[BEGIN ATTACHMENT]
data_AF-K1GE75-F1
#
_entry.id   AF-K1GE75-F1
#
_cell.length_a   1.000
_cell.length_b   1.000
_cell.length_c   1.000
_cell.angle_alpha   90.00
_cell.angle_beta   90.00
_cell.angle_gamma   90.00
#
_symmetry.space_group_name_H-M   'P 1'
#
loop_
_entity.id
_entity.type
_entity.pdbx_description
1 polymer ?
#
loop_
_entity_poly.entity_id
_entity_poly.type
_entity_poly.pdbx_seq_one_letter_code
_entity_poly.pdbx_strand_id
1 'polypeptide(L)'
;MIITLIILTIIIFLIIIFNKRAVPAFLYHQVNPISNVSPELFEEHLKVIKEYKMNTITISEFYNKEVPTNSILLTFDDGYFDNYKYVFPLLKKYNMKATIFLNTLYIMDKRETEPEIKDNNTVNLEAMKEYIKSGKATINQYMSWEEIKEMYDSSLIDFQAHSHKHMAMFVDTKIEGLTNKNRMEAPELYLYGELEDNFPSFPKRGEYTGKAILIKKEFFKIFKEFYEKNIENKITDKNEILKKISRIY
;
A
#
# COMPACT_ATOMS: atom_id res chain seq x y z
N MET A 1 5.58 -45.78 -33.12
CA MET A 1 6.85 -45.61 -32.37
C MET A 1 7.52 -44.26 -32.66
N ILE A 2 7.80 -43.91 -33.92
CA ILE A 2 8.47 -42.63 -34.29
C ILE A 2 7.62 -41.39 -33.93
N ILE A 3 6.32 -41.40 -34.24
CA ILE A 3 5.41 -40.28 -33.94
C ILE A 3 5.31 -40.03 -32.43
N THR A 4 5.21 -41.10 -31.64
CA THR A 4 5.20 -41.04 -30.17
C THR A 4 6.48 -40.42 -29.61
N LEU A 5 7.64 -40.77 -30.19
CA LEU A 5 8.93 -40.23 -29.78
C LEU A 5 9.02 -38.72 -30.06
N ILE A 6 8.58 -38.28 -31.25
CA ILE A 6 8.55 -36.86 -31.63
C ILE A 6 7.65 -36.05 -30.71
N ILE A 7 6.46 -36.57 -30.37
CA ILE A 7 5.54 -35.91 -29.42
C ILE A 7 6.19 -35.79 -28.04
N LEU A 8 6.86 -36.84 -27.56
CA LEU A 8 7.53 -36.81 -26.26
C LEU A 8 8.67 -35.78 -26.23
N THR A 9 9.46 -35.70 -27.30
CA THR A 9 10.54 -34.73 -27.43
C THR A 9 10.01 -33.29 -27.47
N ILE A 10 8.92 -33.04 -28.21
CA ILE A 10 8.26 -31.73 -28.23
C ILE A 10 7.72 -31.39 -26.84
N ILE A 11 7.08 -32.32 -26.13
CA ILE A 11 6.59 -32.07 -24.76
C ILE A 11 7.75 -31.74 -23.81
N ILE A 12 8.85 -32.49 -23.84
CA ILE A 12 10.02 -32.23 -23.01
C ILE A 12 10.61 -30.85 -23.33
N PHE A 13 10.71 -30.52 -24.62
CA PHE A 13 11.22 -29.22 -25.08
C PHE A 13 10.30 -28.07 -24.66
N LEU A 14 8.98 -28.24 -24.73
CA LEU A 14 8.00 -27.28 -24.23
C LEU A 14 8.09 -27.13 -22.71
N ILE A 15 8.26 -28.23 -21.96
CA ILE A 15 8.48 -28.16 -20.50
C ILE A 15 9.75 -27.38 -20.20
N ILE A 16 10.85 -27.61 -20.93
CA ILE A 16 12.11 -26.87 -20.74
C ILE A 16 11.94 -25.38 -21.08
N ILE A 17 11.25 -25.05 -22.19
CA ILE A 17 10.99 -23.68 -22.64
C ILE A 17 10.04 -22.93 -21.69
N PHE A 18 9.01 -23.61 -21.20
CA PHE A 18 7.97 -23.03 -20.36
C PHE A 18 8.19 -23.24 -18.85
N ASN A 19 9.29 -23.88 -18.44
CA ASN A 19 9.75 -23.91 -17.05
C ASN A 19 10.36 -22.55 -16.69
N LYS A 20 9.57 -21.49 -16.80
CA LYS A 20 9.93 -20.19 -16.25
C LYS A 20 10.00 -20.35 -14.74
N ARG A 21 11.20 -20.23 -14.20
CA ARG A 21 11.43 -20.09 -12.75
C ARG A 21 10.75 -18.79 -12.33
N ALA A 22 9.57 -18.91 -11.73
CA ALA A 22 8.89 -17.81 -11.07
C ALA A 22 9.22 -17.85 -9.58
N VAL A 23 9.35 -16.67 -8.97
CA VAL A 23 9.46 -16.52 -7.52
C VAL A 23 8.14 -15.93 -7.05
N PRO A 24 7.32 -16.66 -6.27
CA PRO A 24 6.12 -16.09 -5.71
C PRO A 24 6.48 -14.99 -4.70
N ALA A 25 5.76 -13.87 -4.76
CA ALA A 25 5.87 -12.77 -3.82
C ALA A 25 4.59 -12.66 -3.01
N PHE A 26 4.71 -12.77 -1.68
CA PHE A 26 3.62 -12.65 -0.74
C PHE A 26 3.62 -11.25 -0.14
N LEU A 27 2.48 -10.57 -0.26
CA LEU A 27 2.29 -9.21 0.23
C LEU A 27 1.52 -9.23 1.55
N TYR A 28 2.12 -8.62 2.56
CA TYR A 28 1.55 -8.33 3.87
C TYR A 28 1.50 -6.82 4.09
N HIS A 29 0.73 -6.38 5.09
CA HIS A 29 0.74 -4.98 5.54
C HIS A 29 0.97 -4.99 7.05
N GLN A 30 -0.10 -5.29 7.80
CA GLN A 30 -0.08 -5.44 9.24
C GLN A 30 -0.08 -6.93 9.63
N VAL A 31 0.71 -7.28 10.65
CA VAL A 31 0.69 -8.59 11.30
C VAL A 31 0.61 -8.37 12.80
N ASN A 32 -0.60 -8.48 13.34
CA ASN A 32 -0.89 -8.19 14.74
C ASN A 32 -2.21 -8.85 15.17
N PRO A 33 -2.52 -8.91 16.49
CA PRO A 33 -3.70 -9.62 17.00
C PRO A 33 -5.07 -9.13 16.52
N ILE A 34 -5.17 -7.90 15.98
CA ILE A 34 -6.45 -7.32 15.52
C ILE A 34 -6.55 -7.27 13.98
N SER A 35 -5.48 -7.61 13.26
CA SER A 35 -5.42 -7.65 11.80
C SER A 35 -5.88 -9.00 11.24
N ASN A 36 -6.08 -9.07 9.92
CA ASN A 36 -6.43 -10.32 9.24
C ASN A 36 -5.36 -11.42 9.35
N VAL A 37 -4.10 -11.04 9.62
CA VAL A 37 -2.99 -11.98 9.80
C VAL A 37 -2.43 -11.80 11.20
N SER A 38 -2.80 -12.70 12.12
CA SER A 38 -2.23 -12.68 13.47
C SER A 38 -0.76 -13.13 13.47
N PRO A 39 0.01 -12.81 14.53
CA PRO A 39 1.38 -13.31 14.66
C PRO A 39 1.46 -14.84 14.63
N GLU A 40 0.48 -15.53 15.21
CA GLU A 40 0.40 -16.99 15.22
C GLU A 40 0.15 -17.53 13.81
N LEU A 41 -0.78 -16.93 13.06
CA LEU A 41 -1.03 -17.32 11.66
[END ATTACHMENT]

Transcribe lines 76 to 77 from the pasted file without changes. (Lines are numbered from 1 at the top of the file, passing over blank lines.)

N ILE A 16 10.85 -27.61 -20.93
CA ILE A 16 12.11 -26.87 -20.74